Great idea. Unfortunately the established Climate Alarmists are a key part of “The Resistance” and will refuse to participate, as they do now. They will then challenge the legitimacy of any results because THEY were not included. Catch-22.

Reply to  Paul R. Johnson
June 11, 2017 7:27 pm

Hmmm, same as the Democrat politicians…

Roger Dewhurst
June 11, 2017 4:45 pm

Ideally the journals would publish both sides of the argument. BUT the editors cannot be trusted to be impartial. Therefore each side should appoint an editorial board which would select the best of their own side arguments to publish. Journals would publish, equally, the selected papers.

Pat Frank
June 11, 2017 4:47 pm

Consensus climate science doesn’t have peer review. It has agreement review.

Pat Frank
June 11, 2017 4:51 pm

Nick Stokes, “If the former, you would have something like BEST.
You mean the people who, like you, know nothing of instrumental resolution and who, like you, know nothing of systematic measurement error.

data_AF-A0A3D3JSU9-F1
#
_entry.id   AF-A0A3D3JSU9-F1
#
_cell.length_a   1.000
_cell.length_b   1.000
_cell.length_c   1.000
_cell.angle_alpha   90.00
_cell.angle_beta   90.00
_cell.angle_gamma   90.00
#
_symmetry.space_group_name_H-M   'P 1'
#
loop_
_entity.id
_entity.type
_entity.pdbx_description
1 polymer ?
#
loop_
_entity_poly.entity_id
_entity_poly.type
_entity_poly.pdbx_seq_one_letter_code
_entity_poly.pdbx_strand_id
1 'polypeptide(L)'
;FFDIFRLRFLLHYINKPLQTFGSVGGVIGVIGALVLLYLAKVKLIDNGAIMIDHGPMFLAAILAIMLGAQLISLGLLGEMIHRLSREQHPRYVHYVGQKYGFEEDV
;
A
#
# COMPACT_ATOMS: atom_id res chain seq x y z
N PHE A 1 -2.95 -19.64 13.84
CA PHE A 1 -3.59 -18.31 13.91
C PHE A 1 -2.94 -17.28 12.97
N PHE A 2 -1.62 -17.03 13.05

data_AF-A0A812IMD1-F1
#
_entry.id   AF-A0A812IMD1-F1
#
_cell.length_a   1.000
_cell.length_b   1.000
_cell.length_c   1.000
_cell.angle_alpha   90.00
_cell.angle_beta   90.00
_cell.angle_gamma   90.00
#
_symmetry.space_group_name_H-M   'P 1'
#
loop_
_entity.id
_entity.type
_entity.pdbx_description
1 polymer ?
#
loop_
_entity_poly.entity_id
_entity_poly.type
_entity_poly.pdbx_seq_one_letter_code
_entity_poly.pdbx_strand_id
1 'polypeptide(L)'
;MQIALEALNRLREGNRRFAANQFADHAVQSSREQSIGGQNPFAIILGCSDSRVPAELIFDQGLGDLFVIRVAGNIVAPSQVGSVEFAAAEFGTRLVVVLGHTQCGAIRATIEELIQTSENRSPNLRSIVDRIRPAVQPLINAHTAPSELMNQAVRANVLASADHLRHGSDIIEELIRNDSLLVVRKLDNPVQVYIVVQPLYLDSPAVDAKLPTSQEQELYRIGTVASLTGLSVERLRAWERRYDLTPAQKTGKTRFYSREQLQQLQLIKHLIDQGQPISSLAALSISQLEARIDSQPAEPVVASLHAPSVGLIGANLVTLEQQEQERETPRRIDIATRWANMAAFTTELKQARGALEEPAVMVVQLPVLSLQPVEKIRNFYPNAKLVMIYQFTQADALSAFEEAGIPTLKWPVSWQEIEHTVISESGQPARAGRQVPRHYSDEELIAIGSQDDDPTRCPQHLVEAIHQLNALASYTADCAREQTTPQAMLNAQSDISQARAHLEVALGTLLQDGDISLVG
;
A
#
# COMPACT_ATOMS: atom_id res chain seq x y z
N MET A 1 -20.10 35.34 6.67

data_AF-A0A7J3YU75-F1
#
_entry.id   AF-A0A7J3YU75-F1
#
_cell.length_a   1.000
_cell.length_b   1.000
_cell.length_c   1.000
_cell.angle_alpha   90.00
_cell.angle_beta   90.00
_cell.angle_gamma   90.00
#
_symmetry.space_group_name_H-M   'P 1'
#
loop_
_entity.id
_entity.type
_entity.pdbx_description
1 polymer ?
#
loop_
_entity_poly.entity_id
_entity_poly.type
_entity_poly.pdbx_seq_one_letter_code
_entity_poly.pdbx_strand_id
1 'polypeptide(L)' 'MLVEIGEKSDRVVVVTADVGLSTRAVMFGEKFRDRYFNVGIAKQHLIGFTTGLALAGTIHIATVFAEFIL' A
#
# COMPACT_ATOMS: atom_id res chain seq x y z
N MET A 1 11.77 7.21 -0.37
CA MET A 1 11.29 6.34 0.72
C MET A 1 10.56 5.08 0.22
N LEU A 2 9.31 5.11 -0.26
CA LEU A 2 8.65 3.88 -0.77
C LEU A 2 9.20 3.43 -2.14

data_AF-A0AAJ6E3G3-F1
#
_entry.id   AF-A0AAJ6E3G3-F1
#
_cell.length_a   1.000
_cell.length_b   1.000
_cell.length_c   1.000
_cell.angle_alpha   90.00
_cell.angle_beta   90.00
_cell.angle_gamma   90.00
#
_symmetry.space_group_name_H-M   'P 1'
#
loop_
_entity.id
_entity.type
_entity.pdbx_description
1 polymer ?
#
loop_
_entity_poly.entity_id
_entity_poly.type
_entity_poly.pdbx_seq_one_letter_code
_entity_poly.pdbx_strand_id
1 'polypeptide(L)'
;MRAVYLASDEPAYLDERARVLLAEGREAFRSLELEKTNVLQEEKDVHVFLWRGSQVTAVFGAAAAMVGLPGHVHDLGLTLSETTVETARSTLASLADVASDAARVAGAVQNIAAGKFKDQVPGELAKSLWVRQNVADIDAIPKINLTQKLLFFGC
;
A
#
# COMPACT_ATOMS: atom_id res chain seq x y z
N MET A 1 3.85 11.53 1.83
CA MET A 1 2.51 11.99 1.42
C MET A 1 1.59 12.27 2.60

These are the people who should provide a critical alternative.
It’s too funny.

June 11, 2017 5:13 pm

Science (climatology an exception) is conducted is ways similar to a jury trial. We want to hear all of the theories and evidence from both sides and have those theories and that evidence examined
by the other side. One glance at that graph displaying the myrid of differing model estimates of past, present and future warming , augmented by the graphic line showing Earth temperature reality, makes it abundently clear that there exists nothing even close to a consensus, excepting perhaps that planetary warming is preceding as before, with some stops and starts, ever since the last ice age. On the bright side, electric car and molten salt reactor technology is making the entire
issue of excessive carbonization of the atmosphere mute, but perhaps raising the issue of catastrophic lack of future CO2.

Dave Fair
Reply to  arthur4563
June 11, 2017 5:15 pm

Future generations will add back CO2, as needed.

June 11, 2017 5:20 pm

Some folks think red team reviews are pretty much useless. Here are fifty reasons.
“Fifty ways to ruin a red team”, sounds like a song lyric.

Janice The American Elder(@janicetheelder)